Factory Workers Quiz Commune Candidates

More than 1,000 exuberant factory workers gathered Sunday in Toek Thlar commune to ask the candidates who want their votes some pointed questions:

Will you protect workers’ rights? Can you provide better se­curity around the factories at night? Will you promise to urge fac­tory owners to honor our contracts?

The answers were, essentially, yes, yes and yes, from the three political parties that attended the nonpartisan forum for commune council candidates, jointly sponsored by the Cambodian Labor Organization and the Cambodian Apparel Workers Democratic Union.

The CPP was represented on stage by an em­pty chair labeled “CPP.” The ruling party declined to take part, saying the gathering was “illegal” and “biased.” Representatives of Funcinpec, the Khmer Demo­cra­tic Party and the Sam Rainsy Party attended and stood up in turn to field questions from union representatives.

The audience, comprised of workers from 14 factories in Toek Thlar commune, which runs along Pochentong Boulevard in Phnom Penh, listened attentively as the candidates answered.

One question involved the difficulties workers had setting up a union at one factory. All three can­didates said they would protect the workers’ rights in similar sit­uations.

A second questioner referred to the violence that erupted in June 2000, when a demonstrating workers attempted to storm the June Textile Co Ltd factory and were dispersed by gunfire.

“If there was a crackdown on a legal demonstration, how would you solve the problem?” the questioner wanted to know.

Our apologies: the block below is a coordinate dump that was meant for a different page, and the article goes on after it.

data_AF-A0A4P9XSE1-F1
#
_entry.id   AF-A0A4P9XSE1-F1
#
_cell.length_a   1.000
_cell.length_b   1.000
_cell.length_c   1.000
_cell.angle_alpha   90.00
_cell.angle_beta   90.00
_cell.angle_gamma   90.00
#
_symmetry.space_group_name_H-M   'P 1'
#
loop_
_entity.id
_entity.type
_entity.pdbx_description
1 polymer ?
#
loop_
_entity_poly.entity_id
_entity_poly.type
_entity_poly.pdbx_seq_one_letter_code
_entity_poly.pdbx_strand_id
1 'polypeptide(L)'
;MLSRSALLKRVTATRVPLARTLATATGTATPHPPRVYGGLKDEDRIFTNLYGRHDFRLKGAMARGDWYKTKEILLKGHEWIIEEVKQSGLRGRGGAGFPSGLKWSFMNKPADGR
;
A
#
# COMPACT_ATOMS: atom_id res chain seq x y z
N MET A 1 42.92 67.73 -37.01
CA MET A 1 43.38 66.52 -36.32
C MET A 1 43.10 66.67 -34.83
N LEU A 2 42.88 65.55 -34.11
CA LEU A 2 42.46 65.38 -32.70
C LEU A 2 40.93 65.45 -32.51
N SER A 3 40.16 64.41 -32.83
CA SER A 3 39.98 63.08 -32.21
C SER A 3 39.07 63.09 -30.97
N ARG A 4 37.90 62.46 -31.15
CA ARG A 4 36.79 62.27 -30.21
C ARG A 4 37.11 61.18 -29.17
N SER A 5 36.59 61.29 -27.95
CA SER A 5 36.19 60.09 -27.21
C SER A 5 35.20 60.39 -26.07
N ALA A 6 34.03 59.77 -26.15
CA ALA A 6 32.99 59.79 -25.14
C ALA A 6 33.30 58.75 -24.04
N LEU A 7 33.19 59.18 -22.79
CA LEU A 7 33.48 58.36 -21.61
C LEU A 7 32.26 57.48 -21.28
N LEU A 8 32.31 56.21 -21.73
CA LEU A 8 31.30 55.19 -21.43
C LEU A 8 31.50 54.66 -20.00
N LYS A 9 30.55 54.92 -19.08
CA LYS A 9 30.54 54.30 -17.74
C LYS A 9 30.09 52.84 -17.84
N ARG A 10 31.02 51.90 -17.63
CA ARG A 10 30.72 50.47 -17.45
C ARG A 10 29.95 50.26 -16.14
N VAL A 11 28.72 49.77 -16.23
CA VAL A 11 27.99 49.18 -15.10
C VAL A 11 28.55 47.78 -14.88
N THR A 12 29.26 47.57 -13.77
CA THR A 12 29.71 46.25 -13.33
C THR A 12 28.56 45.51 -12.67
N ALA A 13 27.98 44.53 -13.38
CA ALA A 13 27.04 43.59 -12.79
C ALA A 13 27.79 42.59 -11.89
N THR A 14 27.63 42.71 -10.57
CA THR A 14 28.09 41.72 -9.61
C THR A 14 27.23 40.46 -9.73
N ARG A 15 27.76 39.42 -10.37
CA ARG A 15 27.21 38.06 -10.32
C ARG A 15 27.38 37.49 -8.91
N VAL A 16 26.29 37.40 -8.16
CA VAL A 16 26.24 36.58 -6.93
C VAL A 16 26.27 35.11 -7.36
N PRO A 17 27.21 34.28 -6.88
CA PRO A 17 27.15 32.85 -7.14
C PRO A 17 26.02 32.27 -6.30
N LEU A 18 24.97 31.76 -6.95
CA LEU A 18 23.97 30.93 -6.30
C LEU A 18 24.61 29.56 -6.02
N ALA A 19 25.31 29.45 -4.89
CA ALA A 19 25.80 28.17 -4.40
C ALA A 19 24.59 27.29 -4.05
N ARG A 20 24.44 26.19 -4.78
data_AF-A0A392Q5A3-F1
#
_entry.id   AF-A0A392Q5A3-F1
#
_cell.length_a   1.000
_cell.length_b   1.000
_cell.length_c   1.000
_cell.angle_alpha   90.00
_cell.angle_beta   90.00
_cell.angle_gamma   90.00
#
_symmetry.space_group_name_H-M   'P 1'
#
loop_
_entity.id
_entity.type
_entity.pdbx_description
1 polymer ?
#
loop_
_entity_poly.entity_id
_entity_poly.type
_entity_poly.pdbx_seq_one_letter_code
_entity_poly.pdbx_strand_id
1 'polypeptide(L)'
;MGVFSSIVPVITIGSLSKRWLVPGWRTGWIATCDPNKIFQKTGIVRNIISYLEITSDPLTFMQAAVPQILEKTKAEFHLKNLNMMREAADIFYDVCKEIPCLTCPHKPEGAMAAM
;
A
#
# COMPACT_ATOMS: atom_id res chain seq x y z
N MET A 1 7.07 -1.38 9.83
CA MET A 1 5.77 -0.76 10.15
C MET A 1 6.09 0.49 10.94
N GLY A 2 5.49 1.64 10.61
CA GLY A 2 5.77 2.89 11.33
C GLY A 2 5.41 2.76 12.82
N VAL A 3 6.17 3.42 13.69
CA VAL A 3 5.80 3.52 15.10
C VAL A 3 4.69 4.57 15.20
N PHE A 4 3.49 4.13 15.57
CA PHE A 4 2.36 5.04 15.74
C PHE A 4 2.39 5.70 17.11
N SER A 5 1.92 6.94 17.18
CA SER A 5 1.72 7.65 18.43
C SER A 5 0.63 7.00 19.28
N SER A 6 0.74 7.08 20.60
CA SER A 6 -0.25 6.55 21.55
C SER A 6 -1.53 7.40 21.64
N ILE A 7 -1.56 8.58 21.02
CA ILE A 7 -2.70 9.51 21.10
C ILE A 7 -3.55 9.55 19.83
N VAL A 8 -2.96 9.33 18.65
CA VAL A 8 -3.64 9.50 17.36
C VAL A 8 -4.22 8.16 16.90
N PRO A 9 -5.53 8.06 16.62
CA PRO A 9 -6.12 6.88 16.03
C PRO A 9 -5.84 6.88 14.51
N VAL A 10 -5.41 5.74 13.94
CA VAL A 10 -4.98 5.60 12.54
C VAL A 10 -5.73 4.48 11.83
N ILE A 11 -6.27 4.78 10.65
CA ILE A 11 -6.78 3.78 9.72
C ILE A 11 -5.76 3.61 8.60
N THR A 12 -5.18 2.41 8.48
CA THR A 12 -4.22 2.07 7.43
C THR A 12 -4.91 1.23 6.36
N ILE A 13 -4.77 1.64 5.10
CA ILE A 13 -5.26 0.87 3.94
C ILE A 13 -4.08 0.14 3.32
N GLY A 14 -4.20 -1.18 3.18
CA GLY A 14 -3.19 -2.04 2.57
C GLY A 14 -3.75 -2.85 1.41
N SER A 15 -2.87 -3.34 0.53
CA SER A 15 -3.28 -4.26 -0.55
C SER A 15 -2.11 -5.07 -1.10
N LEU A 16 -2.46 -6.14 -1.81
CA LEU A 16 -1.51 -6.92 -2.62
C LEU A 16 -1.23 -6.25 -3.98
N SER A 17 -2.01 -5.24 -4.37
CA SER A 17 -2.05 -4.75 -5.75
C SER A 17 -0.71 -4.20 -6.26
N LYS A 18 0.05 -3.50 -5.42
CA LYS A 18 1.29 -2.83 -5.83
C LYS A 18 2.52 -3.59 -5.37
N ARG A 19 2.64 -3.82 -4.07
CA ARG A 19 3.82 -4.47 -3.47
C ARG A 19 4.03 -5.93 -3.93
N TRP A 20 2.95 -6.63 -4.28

“We wouldn’t use force, and we would protect the rights of the workers,” said Keung Mao of the Sam Rainsy Party.

“Under the Constitution, you have the right to a legal demonstration,” said Ponn Kuntheavy of Funcinpec. “If the workers were at­tacked, we would protect them.”

Em Pin Veary, of the Khmer Democratic Party, said her party is committed to the rule of law. “We would hire a lawyer to protect the people, according to the law,” she said.

Other questions dealt with security issues, including poorly lighted streets at night when workers go home after overtime shifts, and robbers preying on individual workers.

All three candidates vowed to strengthen security.

Another questioner claimed factory owners sometimes sign contracts that are enforced if a labor inspector is present, but ignored when no one is watching.

“Could the commune council members join in the contract negotiations, as witnesses, to en­sure the contract would be en­forced?” asked the questioner.

All three candidates said they would. Ponn Kuntheavy of Fun­cinpec claimed that, as a woman, she is better qualified to truly understand the problems of women workers.

The forum closed with the three repeating their vows to stand by the workers, fight corruption wherever they find it, and work for improved living conditions for all.

An Nan, a legal adviser with the CLO, stepped to the microphone. “Now we have listened to the promises of the different parties, right?” he challenged the crowd.

“Yes!” they yelled.

“When you go home, will you remember them?”

“YES!” they roared.

 

 

 

 

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